HB: Yes. I find that kind of a curious aspect about poetry. In fiction, you wouldn't be able to vaguebook your way through an entire book because everyone knows no one would read it. But with poetry, we've allowed "intellectual" hipsters kind of get away with it.
BD: Wait, are the intellectual hipsters the MFA poets? NOW I’M CONFUSED!
*7 hours pass.*
HB: Okay, I fell asleep. I have no idea what I was talking about but it looks like I'm a jerk when I'm drunk.
BD: I think you’re fine. But I’m still wondering who the intellectual hipsters are!
HB: Like, just 20-something poets. Like yourself. Just kidding. I mean hipsters who write but don't read. I dunno. I'm old. I just remember sitting in poetry circles and having these discussions where people told me they "didn't have to read poetry" because they "didn't want it to influence" their work.
BD: That’s the dumbest thing in the world. So you dropkicked them all in the face for saying that, right?
HB: Nah, it seemed pretty prevalent though back then.
BD: You mailed me 3 of your books — Expletive Deleted, A Horse Made of Fire, and Kill the Dogs — for free after I told you I’m poor. Do you give a shit about making money from your writing?
HB: I don't really think it's possible. I have made the most money self-publishing, but I am more interested in writing friends at this point. So I send out a lot of free stuff. I guess I should do readings and sell what I have but anxiety so...
BD: I'm thinking of self-publishing my next book. I don't understand people who talk shit about self-publishing. It's usually the most logical decision from a financial standpoint...unless some huge-ass publisher wants your book. Plus I like the idea of having complete creative control. Which book(s) of yours did you self-publish again?
HB: Expletive Deleted and How to Make People Love You. You can really only make money if you pay for all your own books yourself. Then sell directly. So I would buy 100-something and just tell people about it. I had better luck with HTMPLY because I had a great online presence back then. I still have about 10 left of ED, but I've done zero marketing. Doing the math, you really can't make much by allowing companies to take a portion. Like, you make a couple bucks I guess but nothing significant. HTMPLY will forever be my favorite of mine.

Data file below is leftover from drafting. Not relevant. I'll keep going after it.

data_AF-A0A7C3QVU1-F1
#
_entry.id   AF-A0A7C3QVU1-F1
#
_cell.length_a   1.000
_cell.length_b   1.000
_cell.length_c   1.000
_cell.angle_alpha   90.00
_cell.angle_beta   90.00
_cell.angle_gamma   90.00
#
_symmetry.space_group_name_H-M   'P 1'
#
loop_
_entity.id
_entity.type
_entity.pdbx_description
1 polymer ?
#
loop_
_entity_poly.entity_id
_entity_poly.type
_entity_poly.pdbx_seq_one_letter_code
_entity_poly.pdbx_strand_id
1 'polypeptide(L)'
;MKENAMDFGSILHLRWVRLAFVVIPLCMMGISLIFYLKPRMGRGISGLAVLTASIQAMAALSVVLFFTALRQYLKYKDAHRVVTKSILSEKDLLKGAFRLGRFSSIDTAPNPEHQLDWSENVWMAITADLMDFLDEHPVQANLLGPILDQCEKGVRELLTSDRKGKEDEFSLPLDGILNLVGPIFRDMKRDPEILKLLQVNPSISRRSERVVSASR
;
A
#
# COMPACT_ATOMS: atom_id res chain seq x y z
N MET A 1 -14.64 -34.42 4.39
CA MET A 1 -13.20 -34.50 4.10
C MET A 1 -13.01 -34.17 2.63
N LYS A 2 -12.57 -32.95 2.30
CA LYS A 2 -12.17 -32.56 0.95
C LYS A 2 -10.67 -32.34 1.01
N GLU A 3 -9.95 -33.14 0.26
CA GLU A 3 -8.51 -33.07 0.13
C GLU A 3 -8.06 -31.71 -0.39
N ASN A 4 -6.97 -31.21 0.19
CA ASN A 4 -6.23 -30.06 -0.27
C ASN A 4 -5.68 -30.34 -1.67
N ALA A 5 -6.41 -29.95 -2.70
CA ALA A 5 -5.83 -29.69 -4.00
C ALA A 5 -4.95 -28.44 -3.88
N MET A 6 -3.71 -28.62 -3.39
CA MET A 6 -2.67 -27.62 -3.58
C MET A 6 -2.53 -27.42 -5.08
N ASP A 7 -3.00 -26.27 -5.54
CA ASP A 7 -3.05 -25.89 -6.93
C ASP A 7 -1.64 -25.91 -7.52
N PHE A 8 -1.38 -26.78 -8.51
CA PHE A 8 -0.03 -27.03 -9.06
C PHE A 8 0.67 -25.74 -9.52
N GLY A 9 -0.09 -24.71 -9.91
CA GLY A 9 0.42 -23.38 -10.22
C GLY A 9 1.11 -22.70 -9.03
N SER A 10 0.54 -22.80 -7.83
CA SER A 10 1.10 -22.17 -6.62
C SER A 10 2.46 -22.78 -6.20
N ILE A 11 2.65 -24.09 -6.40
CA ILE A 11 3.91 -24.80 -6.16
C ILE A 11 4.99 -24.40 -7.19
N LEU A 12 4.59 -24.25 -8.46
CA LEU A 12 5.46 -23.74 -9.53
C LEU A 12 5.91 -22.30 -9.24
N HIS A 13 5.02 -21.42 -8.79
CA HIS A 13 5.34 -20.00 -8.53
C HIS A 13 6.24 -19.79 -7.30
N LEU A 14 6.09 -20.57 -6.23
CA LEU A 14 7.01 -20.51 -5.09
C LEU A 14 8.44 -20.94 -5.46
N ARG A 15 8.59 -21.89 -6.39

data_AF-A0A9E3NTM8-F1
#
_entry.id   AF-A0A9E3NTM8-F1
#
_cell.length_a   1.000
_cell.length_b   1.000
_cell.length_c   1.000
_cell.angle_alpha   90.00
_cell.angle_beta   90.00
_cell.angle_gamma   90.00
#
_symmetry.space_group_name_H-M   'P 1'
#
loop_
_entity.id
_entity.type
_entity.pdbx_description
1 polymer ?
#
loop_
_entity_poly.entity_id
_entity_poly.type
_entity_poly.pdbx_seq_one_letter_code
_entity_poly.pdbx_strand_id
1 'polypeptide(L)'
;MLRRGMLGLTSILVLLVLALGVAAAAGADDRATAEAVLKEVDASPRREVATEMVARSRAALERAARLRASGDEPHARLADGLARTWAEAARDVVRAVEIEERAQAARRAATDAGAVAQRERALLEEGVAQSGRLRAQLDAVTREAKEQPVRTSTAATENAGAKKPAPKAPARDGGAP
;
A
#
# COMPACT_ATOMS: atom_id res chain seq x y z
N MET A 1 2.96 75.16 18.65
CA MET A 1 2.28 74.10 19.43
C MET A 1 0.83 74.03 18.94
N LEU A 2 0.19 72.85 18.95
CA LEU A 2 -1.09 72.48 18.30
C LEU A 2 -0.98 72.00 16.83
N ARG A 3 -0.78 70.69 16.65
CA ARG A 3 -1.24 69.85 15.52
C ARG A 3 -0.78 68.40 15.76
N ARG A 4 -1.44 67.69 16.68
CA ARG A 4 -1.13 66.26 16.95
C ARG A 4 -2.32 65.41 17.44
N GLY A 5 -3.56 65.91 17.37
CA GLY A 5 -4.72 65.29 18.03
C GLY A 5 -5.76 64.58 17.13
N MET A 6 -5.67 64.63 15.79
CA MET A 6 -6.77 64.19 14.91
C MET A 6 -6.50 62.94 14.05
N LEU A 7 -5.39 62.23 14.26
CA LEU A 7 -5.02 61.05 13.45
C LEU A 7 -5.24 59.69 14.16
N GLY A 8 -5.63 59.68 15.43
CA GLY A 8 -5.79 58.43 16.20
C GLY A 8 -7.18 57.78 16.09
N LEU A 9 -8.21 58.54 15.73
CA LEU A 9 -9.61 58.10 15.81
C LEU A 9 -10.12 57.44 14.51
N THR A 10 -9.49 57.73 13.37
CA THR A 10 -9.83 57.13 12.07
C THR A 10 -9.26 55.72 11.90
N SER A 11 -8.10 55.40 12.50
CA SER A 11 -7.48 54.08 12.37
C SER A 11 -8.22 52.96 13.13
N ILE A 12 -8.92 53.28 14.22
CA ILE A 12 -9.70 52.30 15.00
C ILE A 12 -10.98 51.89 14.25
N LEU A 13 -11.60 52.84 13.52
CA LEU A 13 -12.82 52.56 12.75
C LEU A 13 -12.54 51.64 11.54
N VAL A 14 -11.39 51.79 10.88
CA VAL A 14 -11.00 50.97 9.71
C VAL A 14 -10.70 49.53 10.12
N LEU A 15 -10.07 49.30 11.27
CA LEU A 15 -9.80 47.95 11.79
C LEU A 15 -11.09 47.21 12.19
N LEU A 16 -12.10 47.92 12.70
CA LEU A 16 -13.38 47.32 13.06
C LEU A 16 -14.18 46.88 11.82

BD: I just Googled “HTMPLY” because I have no idea what that is, and a picture of this guy came up.
HB: LOL, How to Make People Love You. It’s out of print. I've thought about redoing it but I actually lost the manuscript on an old computer. That guy probably read it and now he's super happy.
BD: Wow. Apparently I need more coffee this morning. Okay. So. A Horse Made of Fire is my favorite book of yours that I’ve read. Tell me about how it came together?
*30 minutes pass.*
HB: I was writing a lot about motherhood and mental illness. It was over about a 2 year span. I never write with the intention of a book, but if I notice a way the poems connect, I'll try different ways of putting them together. I had successive miscarriages. It was hard. It’s not a book I reread often as it's difficult for me.
BD: I also really like your chapbook Kill the Dogs. How’d you end up getting a chapbook published by Rattle? Did social justice advocates yell at you for associating with Rattle? I see Rattle getting yelled at on Twitter a lot because of some of the super edgy writers they publish. It all gives me anxiety, so I close my Twitter app and start playing Clash Royale instead.
HB: No one has ever said anything to me. I was a runner up in their chapbook contest. It’s sort of funny, because feminism is so important to me but I prefer the company of a lot of writers that “they” have deemed offensive. I think about that a lot and I think they’re misguided. I have written poems from the point of view of rapists. That doesn’t mean I condone rape. It means as writers we have to push the envelope. A couple of your poems pissed me off too, Brandon. But I enjoy that feeling. It means your writing got inside someone like a parasite and made them react.
BD: I follow you on Instagram. You post a lot of selfies and photos of your dog. Are selfies poems? And was that the dumbest question ever?
*20 minutes pass.*
HB: Yes it was. I really like makeup so it's more of showing my makeup of the day. I find makeup to be art. And I got into it because I don't have time for any other sort of art anymore. Plus, bitches love my face. And my dog is cute as hell so never question me again.
BD: Gotcha. Your dog seems cool. I like border collies. But what about cats? Do you like cats?
HB: No, I hate cats.
BD: Going to pretend I didn’t just read that.
HB: Cats are demons.
BD: *throws all of your books in the trash*
BD: I just have 2 more questions.
*1 hour passes.*
BD: Are you working on a new book, or nah?
BD: Last question: do you like Blink-182?
HB: I guess they’re okay?
BD: I think we’re done here.